With the growing connectivity though the internet also the internationalization and globalization of businesses gains ever more speed. While the internationalization of brick and mortar businesses was limited by the number of people you can put on the ground in new markets, more digitalized businesses can enter and address the customers in new markets purely online via the internet. That way, they can use the scalability of digital services not only to generate more users and customers on their platforms, but also for internationalization. Nevertheless, digital services still experience IP challenges when entering new markets, since IP laws may vary drastically between the various jurisdictions of the target markets and e.g. grant rates and scopes of protection for digital patents can be very different in various countries.

In the 4th industrial revolution, the main driver of the digital transformation comes from the new ways of communication due to the use of new information technologies and increasingly the role of communication networks between people, e.g. social media, but also human machine communication, e.g. through voice recognition. But also the change of energy use with renewable energies and more efficient energy use through digital technology is a driver as well as the developments in new mobility with the use of drones and smart mobility as a more connected, energy efficient and cheap way of transportation.

The digital transformation happens ubiquitous through new digital networks and increased connectivity which is powered by the ever-increasing number of digital devices. The use of digital sensors on machines and the use of the computational powers of cloud computing made it possible, that the so-called internet of things emerged. The internet of things allows that not only the machine, but also the machine environment can be digitalized and activities like performance improvement and predictive maintenance can be handled with digital technology. This creates a challenge for traditional businesses which are threatened by software companies to be degraded to equipment providers when they do not digitalize themselves.

The digital transformation has also a big impact on the internationalization of businesses, since on the one hand with increasing remote working conditions and the ever intensifying competition for the most talented knowledge workers worldwide companies need to draw from a more international pool of digital solution developers and on the other hand companies can address the growing middle classes of emerging economies worldwide and can expand their businesses from relatively small home markets. There are various examples for successful digital services and platforms from smaller countries, which made such an expansive step to the world market. Examples are the Irish financial services company Stripe, the Lithuanian cybersecurity startup Nordsecurity, which offers solutions such as NordVPN, and the Romanian developer of anti-virus service Bitdefender.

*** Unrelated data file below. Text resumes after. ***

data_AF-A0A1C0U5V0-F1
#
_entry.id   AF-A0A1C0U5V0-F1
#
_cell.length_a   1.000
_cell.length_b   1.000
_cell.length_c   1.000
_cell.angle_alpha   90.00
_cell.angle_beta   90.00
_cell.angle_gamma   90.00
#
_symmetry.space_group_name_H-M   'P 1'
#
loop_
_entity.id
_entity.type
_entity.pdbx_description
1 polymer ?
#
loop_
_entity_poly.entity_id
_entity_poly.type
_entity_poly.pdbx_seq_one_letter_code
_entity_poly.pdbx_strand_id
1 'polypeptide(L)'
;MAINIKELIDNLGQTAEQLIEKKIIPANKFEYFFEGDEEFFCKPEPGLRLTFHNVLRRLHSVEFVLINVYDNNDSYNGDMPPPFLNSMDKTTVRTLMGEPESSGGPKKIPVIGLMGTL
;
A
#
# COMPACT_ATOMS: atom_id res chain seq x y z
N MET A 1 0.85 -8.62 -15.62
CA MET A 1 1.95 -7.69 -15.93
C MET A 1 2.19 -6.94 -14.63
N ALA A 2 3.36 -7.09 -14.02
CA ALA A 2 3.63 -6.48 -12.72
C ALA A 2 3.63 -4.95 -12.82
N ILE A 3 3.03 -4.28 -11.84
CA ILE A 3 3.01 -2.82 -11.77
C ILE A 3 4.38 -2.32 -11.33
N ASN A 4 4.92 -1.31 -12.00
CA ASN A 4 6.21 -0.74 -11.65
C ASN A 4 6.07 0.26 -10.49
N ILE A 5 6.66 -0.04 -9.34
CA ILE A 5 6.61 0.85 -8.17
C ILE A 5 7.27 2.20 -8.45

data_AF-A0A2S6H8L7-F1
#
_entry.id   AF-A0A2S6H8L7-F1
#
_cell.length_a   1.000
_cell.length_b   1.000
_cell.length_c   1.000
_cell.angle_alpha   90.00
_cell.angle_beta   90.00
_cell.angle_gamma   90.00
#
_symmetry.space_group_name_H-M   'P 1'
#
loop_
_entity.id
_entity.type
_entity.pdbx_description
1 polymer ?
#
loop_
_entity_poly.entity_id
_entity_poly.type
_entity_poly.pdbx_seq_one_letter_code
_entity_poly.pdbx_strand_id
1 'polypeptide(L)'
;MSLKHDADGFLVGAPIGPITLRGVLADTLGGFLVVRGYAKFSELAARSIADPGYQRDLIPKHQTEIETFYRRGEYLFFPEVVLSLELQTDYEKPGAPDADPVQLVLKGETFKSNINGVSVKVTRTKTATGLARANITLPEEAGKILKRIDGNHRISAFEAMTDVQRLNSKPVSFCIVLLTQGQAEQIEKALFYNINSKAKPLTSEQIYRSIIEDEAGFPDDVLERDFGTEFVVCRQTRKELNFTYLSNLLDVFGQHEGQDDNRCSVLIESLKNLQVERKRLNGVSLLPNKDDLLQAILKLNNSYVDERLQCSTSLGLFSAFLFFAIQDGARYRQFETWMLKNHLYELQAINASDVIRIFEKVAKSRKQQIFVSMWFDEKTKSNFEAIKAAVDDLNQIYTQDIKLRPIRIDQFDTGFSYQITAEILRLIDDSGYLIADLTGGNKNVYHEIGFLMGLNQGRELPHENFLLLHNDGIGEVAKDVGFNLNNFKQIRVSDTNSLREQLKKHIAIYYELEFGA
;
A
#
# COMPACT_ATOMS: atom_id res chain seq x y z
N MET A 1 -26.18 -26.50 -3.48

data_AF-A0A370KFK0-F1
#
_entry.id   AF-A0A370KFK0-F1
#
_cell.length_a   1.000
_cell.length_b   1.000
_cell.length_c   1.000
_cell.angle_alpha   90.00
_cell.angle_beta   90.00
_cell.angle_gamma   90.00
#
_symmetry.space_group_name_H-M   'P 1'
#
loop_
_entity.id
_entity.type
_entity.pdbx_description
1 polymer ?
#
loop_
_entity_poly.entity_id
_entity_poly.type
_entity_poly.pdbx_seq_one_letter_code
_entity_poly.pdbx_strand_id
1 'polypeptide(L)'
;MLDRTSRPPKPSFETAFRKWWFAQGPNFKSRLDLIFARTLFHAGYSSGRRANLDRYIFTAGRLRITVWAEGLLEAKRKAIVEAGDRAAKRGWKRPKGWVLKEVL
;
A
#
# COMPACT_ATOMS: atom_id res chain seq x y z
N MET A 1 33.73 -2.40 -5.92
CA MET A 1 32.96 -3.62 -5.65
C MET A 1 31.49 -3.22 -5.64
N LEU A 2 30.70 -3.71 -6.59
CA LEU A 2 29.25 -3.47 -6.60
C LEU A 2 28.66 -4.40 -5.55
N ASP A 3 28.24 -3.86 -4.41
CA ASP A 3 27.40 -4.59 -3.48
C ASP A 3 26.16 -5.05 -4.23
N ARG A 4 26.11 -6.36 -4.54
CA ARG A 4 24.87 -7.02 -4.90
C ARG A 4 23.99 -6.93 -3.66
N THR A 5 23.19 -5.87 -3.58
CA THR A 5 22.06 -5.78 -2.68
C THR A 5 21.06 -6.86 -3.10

Source: epo.org/patent-index2023

But the main applicants of digital patents at the patent offices of the big 5 (USPTO, EPO, CNIPA, KIPO an JPO) are of course still the big tech companies of the leading economies in North America, Europe and East Asia. In the current 2023 patent index of the EPO the main applicants for computer technology in Europe were China’s Huawei, Korea’s Samsung, Microsoft and Alphabet from the USA followed by Siemens from Germany. Sony from Japan comes on the 8th position. Overall the number of patent applications was also again on the rise.

Nevertheless, digital companies from US and East Asia are still facing challenges, when filing for digital patents in Europe and experience smaller grant rates compared to their home jurisdiction or smaller scopes of protection, which can hurt their exclusivity position in Europe. Those difficulties stem from the peculiarities of patenting software based solutions in the different jurisdictions, where the differences between US and Europe are more prominent compared to Asian countries. Some companies are therefore assembling teams of patent attorneys from multiple jurisdictions to identify ways to improve their grant rates and scopes of protection.